“There’s two things that we’re doing to help,” Carrillo said. “We’re designing a replacement for the roof that will help to seal the interior spaces from any water infiltration. We also have a project to redo the mechanical systems on the lower level, which was a source of humidity in the past.”

Professor Valerie Karno, director of the Graduate School of Library and Information Studies, is one of many people concerned about the state of historic buildings. Karno’s office is located in Rodman Hall, which has been experiencing deterioration and mice issues.

“We’ve been dealing with mice for quite some time, and the problem is particularly bad this winter season,” said Karno.

However, Karno explained that the University is working on dealing with these problems.

“Rodman Hall needs some attention. Facilities is aware of that. We’ve had meetings with Facilities about the problems at Rodman, the plumbing particularly and also the mice,” said Karno. “Currently, Facilities is now very proactively working towards getting rid of the mice. They work with a pest control company. They developed a plan. They are changing the mice traps that are already there and they’re sealing the building on the outside where they think the mice are getting in.”

Carrillo assured that Rodman will be taken care of soon. “Rodman also has a project that is being designed right now for an exterior rehab to seal the envelope,” said Carrillo. “The first phase we’re envisioning for this summer would be masonry and windows. The second phase in the following summer would be the roof and the skylights.”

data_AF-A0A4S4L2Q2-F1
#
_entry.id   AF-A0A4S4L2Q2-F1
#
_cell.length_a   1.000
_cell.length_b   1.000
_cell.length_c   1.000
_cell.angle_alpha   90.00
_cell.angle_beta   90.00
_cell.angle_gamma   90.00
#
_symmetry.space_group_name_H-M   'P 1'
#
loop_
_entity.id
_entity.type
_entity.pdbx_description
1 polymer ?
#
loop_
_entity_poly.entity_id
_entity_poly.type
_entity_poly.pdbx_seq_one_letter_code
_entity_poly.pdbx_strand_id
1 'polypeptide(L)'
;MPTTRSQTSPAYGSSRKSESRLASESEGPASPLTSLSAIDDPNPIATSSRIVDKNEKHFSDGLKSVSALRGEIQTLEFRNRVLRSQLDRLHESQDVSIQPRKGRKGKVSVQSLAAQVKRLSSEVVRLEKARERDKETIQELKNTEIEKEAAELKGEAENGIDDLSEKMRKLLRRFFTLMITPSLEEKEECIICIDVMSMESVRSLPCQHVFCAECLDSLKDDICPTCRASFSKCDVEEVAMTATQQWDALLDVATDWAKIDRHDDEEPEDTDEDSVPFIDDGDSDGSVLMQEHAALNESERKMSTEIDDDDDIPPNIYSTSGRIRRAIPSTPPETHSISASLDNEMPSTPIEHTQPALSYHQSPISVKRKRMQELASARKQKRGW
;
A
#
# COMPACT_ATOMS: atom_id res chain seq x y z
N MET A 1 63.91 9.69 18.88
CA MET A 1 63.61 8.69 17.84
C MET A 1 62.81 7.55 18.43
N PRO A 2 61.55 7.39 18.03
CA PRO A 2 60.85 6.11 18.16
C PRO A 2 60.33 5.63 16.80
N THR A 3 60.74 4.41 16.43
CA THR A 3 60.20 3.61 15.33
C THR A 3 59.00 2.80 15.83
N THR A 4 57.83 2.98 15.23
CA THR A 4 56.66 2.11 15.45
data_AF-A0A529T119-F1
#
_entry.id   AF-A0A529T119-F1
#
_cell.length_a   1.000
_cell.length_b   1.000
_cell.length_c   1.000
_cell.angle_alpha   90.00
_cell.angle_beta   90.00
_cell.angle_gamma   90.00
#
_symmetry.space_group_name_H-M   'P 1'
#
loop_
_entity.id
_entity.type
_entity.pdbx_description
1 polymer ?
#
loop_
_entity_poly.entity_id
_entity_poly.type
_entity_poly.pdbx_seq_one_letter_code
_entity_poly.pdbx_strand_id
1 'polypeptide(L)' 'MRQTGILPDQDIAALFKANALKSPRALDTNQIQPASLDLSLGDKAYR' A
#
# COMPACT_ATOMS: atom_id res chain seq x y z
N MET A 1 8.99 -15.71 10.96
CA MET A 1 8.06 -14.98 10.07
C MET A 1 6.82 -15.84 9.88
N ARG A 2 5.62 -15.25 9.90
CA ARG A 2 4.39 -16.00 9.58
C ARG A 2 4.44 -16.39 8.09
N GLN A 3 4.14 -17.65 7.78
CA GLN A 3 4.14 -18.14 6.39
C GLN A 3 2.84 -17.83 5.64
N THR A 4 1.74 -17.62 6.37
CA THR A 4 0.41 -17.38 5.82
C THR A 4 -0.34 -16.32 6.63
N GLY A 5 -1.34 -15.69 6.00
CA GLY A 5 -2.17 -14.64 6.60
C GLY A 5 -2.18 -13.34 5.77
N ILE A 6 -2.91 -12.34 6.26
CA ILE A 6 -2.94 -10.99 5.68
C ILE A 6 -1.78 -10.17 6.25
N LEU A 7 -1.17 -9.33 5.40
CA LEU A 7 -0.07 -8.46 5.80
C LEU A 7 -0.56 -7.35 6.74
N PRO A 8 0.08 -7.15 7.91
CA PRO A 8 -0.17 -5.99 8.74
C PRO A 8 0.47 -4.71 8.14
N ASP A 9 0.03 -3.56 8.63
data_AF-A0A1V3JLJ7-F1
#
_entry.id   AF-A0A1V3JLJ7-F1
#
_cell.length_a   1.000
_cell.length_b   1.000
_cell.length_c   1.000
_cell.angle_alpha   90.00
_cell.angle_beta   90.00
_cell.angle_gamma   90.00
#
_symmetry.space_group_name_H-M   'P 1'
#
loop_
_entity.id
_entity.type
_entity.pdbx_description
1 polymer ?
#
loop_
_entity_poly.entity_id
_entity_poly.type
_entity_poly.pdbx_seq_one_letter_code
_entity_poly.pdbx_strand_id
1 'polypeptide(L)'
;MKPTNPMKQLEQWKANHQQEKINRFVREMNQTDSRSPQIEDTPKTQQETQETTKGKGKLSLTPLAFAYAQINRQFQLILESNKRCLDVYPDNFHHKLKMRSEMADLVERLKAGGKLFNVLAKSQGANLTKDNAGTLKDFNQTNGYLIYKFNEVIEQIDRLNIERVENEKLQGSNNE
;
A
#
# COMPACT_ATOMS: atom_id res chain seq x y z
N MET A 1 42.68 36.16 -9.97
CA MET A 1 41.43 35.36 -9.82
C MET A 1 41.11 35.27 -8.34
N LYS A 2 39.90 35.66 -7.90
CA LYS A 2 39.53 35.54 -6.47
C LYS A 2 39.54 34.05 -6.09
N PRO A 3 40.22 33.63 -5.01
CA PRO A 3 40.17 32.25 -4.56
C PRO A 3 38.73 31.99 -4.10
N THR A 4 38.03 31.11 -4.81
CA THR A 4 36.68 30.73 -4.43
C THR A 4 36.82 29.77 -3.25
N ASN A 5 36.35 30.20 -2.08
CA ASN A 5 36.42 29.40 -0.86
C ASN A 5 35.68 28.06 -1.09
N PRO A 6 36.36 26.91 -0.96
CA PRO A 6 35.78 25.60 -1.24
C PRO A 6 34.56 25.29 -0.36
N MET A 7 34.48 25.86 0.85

Accessibility is also an issue of concern, according to McMahan.

“One of the biggest challenges in historic restoration relative to contemporary codes accessibility because so many of these buildings have stair access entries, so it makes accessibility a big challenge,” said McMahan. “Bliss Hall is a great example of where we’ll be able to, through the renovation, create a thoroughly accessible entrance on the north side of the building. We’ll rehabilitate the elevator and we’ll be rebuilding bathrooms so they are accessible. The biggest challenge in these buildings is just basic entry to the building.”

Air conditioning is another consideration in renovations.

“As we go through and renovate, centralized air condition really improves the classroom environment,” said Carrillo.

When asked about the challenges of balancing the historical roots of these buildings while keeping them modern, Carrillo assured that the buildings will maintain their historic looking exterior.

“I don’t think the two are in conflict,” Carrillo said. “The aspect of the historic nature of these [buildings] is the exterior façade, which in all cases will be respected as we go forward. It’s more about the introduction of this technology within it that allows it to be a space that’s really usable for the current student population.”

Mcmahan thinks that overall the historic buildings on campus are well-suited for classroom purposes. “Modernizing is really of finding a way to embed the new systems, mechanical and electrical, into the fabric,” said McMahan.